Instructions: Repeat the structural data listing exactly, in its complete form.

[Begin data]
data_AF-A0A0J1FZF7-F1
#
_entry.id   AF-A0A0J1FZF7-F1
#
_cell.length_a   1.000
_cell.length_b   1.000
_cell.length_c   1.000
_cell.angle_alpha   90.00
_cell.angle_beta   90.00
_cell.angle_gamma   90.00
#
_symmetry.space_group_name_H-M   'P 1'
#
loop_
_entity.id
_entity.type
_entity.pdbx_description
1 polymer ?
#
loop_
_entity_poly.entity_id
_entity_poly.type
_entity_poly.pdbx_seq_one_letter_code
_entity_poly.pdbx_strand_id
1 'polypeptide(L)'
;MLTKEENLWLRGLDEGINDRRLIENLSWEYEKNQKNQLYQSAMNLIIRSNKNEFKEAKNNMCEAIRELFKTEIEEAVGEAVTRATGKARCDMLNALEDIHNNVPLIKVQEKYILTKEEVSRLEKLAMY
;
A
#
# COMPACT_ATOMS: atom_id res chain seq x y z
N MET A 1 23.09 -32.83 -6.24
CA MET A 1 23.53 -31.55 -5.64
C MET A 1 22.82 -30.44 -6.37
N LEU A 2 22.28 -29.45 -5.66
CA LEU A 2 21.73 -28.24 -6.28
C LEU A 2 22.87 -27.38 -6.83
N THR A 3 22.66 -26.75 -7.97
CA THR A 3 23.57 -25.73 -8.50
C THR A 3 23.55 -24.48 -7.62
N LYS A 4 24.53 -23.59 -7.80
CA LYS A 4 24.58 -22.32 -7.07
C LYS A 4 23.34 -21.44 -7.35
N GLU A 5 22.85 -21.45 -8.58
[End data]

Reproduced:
data_AF-A0A0J1FZF7-F1
#
_entry.id   AF-A0A0J1FZF7-F1
#
_cell.length_a   1.000
_cell.length_b   1.000
_cell.length_c   1.000
_cell.angle_alpha   90.00
_cell.angle_beta   90.00
_cell.angle_gamma   90.00
#
_symmetry.space_group_name_H-M   'P 1'
#
loop_
_entity.id
_entity.type
_entity.pdbx_description
1 polymer ?
#
loop_
_entity_poly.entity_id
_entity_poly.type
_entity_poly.pdbx_seq_one_letter_code
_entity_poly.pdbx_strand_id
1 'polypeptide(L)'
;MLTKEENLWLRGLDEGINDRRLIENLSWEYEKNQKNQLYQSAMNLIIRSNKNEFKEAKNNMCEAIRELFKTEIEEAVGEAVTRATGKARCDMLNALEDIHNNVPLIKVQEKYILTKEEVSRLEKLAMY
;
A
#
# COMPACT_ATOMS: atom_id res chain seq x y z
N MET A 1 23.09 -32.83 -6.24
CA MET A 1 23.53 -31.55 -5.64
C MET A 1 22.82 -30.44 -6.37
N LEU A 2 22.28 -29.45 -5.66
CA LEU A 2 21.73 -28.24 -6.28
C LEU A 2 22.87 -27.38 -6.83
N THR A 3 22.66 -26.75 -7.97
CA THR A 3 23.57 -25.73 -8.50
C THR A 3 23.55 -24.48 -7.62
N LYS A 4 24.53 -23.59 -7.80
CA LYS A 4 24.58 -22.32 -7.07
C LYS A 4 23.34 -21.44 -7.35
N GLU A 5 22.85 -21.45 -8.58